July 2, 2020
Indian Health Service Announces National Expansion of the Community Health Aide Program
The Indian Health Service is announcing the national expansion of the Community Health Aide Program. The program provides education and training of tribal community health providers to increase access to quality health care, health promotion and disease prevention services.
As an expansion of the Alaska Community Health Aide Program, the national CHAP will be consistent with the Alaska model and will foster innovative service delivery for the IHS by augmenting the existing workforce with mid-level paraprofessionals, utilizing culturally competent providers, and providing workforce development opportunities for locally developed staff.
"Expanding the CHAP reflects the Indian Health Service's commitment to building on effective programs and listening to tribal consultation," said HHS Deputy Secretary Eric Hargan. "Under President Trump, HHS has made it a priority to tackle health disparities and address social risk factors that may affect health. Secretary Azar and I have heard firsthand how community health aides have helped improve health in Alaska Native communities, and we look forward to seeing the results of expanding this program to the lower 48."
"Through this expansion to create a national CHAP, the IHS aims to provide culturally appropriate health care services through recruiting, developing, and retaining a dedicated, competent, and caring workforce," said IHS Director Rear Adm. Michael D. Weahkee. "The CHAP model increases access to care by bringing health care closer to our patients. Traditionally, patients are brought to a health care facility, and the CHAP illustrates that health care can be delivered to the patient in their environment."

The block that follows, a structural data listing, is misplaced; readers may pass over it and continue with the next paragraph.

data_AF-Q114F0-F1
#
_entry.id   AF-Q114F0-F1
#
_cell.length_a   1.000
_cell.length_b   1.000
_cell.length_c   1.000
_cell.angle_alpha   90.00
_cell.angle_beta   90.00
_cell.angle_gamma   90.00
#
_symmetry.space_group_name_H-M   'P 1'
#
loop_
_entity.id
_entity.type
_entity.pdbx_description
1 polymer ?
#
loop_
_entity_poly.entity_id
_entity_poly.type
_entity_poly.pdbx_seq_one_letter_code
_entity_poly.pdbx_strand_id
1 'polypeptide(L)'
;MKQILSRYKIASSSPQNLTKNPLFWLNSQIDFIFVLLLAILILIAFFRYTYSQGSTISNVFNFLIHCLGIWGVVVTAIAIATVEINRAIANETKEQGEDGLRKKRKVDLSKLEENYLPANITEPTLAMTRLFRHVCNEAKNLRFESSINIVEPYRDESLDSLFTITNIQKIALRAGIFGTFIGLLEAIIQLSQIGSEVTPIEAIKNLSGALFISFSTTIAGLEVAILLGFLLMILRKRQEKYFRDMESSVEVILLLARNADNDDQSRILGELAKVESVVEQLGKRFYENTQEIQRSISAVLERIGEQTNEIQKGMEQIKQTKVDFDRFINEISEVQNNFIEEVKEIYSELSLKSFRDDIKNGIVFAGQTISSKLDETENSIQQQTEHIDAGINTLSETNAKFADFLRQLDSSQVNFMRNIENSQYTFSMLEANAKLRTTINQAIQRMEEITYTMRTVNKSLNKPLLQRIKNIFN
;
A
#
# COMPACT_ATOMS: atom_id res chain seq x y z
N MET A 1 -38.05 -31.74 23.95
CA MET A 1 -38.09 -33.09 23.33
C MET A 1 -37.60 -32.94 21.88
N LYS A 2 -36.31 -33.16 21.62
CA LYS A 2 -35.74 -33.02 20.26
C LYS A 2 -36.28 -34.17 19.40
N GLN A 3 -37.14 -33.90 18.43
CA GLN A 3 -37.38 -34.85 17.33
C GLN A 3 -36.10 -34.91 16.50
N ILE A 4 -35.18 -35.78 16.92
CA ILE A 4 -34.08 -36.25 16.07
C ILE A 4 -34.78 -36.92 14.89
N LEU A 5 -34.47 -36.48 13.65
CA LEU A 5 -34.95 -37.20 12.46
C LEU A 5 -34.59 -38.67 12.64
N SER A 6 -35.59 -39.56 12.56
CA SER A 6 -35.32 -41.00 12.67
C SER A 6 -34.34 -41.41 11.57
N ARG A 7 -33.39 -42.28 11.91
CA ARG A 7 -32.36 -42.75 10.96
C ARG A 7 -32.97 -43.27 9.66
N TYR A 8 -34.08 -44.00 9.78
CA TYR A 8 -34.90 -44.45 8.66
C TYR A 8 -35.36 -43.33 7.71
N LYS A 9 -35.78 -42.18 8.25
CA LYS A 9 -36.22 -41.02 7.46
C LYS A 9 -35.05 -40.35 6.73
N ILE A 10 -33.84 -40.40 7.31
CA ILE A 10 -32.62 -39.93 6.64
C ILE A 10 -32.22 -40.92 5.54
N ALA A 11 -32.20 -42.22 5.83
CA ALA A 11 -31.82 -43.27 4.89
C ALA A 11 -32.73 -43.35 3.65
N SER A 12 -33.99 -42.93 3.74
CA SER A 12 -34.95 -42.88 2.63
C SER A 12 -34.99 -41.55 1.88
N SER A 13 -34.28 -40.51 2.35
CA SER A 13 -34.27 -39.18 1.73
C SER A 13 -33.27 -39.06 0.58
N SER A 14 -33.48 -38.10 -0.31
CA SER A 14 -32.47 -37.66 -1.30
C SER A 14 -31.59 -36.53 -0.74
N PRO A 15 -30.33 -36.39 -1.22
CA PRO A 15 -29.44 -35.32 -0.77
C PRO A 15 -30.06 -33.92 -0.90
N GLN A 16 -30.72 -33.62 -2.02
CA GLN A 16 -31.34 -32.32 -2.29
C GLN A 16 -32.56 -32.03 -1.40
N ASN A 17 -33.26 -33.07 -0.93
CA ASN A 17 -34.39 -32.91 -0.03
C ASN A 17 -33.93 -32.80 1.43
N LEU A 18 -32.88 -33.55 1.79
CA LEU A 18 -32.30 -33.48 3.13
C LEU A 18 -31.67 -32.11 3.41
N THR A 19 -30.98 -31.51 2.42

The IHS initiated tribal consultation in 2016 to seek input on the potential expansion to create a national CHAP. In February 2018, the IHS convened a CHAP Tribal Advisory Group to ensure that the questions and concerns from tribes, tribal organizations and urban Indian organizations across the country were being adequately represented. To better understand the needs of American Indian and Alaska Native communities prior to CHAP expansion, the IHS participated in numerous listening sessions, focus groups, and planning meetings.
Leveraging innovative workforce models that prioritize direct health care, CHAP is vital to rural and remote communities across Indian Country as the need for access to care in primary, dental, and behavioral health increases. Federal law requires all health aides to be certified by the IHS to provide services under a CHAP. As implementation proceeds, the CHAP must be sufficiently flexible to allow the IHS and tribes to tailor resources to the specific local, mental, physical, and cultural needs of the community and operate within site specific limitations in technology, resources, and facilities.
The IHS is taking a phased implementation approach, starting with tribal consultation on $5 million in funding from Fiscal Year 2020 to support key components. These include establishing certification boards at the IHS Area and national levels to begin certifying providers in the lower 48, increasing community education on the role of CHAP across Indian Country, investing into training within tribal communities, and providing additional support to tribally-operated programs.
The Alaska CHAP was established in 1968 to provide a broad range of primary care services to residents of remote areas that would otherwise not have access to consistent medical care. Today in Alaska, more than 50,000 patients in remote villages throughout the state are treated by village-based health aides.
The IHS, an agency in the U.S. Department of Health and Human Services, provides a comprehensive health service delivery system for approximately 2.6 million American Indians and Alaska Natives who belong to 574 federally recognized tribes in 37 states. Follow the agency via social media on Facebook, Twitter, and LinkedIn.